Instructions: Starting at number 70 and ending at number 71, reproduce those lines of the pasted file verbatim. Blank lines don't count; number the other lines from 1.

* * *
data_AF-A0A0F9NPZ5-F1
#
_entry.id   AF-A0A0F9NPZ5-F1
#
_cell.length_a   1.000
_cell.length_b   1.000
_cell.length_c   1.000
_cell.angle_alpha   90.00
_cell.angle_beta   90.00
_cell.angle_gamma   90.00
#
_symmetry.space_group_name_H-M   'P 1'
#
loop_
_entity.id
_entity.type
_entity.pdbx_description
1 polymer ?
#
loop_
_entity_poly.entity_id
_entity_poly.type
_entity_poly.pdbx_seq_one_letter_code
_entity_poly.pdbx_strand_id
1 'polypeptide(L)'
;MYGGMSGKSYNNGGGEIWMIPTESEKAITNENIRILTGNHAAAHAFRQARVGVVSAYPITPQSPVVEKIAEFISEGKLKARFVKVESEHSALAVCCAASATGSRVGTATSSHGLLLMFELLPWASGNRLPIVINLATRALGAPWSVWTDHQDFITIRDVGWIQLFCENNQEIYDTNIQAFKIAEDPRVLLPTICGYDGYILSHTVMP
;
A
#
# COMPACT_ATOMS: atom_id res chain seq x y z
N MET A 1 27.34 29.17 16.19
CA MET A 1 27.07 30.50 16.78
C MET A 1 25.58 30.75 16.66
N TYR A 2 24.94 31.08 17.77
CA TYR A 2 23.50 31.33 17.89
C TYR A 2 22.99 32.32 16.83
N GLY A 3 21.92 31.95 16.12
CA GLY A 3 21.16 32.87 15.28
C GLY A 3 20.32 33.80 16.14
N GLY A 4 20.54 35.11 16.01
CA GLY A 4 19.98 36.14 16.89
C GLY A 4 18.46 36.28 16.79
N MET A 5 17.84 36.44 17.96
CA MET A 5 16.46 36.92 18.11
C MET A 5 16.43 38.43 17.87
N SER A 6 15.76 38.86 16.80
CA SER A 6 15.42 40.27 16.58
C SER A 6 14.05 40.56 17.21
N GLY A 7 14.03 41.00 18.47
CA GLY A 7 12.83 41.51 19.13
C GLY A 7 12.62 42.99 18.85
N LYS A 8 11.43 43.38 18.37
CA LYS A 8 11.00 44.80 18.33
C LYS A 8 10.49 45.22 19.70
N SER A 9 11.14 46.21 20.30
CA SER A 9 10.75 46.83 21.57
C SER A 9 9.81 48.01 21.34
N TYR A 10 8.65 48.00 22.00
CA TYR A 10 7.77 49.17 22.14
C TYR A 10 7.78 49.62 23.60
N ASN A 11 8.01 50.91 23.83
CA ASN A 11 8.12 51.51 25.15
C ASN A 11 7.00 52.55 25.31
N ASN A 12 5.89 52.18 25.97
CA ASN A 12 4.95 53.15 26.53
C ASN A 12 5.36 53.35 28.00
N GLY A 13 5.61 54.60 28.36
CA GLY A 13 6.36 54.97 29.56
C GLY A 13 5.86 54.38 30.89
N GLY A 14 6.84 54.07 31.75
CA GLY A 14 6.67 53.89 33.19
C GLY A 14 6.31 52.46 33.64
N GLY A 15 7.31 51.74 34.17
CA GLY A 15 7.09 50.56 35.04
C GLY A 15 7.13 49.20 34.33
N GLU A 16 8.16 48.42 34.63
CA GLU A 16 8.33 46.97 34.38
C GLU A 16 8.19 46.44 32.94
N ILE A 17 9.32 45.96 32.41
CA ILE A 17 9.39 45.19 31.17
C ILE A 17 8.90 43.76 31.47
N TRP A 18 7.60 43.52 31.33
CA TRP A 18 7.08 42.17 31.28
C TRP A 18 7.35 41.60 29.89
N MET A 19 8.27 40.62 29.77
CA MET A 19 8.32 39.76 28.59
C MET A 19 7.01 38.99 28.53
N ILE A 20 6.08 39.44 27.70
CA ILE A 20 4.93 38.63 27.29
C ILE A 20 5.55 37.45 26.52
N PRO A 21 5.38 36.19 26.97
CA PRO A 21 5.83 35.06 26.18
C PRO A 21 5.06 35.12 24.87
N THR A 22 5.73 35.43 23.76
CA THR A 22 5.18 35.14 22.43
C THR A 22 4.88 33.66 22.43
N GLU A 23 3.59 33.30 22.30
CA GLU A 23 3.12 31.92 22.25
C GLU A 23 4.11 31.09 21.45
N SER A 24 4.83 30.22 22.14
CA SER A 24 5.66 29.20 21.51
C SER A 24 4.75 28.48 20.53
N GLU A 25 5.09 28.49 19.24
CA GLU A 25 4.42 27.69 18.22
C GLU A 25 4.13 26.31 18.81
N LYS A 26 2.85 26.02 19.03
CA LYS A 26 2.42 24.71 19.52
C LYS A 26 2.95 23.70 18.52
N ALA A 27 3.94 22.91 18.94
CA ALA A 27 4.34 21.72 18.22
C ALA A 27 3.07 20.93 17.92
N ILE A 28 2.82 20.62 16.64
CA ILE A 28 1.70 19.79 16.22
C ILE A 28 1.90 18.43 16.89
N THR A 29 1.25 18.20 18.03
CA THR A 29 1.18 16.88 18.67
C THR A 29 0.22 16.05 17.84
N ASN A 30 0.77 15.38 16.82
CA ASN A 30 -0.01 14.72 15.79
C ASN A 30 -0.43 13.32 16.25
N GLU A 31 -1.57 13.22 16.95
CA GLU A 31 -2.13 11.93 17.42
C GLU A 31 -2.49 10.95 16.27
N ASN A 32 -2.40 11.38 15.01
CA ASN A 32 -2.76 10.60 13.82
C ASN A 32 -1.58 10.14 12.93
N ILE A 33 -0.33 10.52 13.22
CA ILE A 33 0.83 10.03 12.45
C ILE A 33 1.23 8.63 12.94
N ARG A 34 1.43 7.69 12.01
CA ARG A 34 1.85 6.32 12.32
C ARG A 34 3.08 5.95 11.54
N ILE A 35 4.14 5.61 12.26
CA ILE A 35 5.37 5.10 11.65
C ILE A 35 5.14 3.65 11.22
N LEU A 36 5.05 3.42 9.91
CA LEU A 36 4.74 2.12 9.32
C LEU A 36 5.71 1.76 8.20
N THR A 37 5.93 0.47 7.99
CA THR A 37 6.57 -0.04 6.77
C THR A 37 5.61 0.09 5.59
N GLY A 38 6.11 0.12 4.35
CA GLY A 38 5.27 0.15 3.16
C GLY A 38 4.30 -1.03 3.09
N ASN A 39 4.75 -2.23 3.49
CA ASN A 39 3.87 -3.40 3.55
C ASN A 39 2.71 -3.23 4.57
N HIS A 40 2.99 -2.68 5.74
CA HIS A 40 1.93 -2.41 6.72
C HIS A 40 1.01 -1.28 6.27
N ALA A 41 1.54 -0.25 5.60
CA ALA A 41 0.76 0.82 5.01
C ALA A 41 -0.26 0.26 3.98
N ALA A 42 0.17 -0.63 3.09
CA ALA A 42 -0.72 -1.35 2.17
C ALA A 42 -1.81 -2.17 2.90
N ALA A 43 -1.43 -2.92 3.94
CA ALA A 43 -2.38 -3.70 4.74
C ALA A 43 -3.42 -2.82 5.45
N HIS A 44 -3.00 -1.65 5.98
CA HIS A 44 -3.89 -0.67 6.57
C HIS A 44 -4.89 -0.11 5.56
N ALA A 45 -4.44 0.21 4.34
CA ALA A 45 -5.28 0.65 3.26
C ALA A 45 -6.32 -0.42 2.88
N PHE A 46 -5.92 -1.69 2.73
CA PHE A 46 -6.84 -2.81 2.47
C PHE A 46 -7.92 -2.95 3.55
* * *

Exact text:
N GLY A 14 6.84 54.07 31.75
CA GLY A 14 6.67 53.89 33.19